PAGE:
While there is nothing inherently wrong with a design professional being referred to as a “contractor” or “subcontractor,” the use of these terms may be an indication that the contract being offered is one that is more appropriate for hiring someone to build the project, rather than retaining a design professional or surveyor. Contractors have very different duties and responsibilities, and contracts used to hire contractors contain many terms and conditions that are inappropriate when securing services from a professional. Examples of such terms and conditions include:
- words such as warrant, guarantee, and supervise;
- responsibility for construction means and methods and job site safety;
- liquidated damage provisions; and
- bonding requirements.
Indemnity provisions are typically not limited to negligence, and insurance requirements often omit any reference to professional liability coverage. Agreeing to these terms and conditions could result in claims that are not covered by insurance.
A design professional’s duty is to “exercise the degree of learning and skill ordinarily possessed by a reputable design professional in the same or similar locality and under similar circumstances.” The legal system recognizes that a design professional cannot guarantee a perfect result, and professional liability insurance only provides coverage for damage caused by the design professional’s breach of a standard of reasonable care (negligence). Professional liability policies exclude coverage for claims arising out of express warranties or guarantees.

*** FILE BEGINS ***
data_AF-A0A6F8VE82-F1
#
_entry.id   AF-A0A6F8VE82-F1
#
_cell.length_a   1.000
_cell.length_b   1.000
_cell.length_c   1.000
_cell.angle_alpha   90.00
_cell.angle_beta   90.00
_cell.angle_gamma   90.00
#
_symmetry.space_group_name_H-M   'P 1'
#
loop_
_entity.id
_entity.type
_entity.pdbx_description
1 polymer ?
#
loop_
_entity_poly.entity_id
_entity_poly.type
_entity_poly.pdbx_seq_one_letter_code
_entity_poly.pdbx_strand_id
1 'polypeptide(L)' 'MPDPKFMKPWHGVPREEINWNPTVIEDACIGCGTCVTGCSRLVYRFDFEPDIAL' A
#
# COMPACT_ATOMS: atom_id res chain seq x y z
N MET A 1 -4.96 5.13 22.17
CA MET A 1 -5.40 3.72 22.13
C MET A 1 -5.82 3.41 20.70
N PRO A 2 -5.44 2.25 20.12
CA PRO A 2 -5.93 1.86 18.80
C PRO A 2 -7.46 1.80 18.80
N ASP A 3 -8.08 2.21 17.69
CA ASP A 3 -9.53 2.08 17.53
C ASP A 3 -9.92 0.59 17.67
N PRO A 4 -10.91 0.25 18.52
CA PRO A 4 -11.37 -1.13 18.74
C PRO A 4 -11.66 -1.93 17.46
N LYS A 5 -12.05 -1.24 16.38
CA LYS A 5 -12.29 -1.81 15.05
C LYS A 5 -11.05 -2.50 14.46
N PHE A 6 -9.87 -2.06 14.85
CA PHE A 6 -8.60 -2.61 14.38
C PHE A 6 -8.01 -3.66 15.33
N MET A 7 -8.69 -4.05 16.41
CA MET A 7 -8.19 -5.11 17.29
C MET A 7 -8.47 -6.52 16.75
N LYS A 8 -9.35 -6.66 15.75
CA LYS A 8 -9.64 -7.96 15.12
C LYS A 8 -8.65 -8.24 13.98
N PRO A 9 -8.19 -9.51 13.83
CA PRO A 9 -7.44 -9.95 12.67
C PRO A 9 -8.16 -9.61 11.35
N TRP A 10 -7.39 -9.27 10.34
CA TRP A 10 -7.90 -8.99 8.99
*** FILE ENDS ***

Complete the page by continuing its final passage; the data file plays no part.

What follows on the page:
If you are handed a “subcontract” that does not include a professional standard of care and a clearly defined scope of professional services and obligates you to pay for damages other than those caused by your negligence, try to convince your client (even if that client is a contractor or design-builder) to use a contract better suited for procuring professional services. It will better protect you and your client.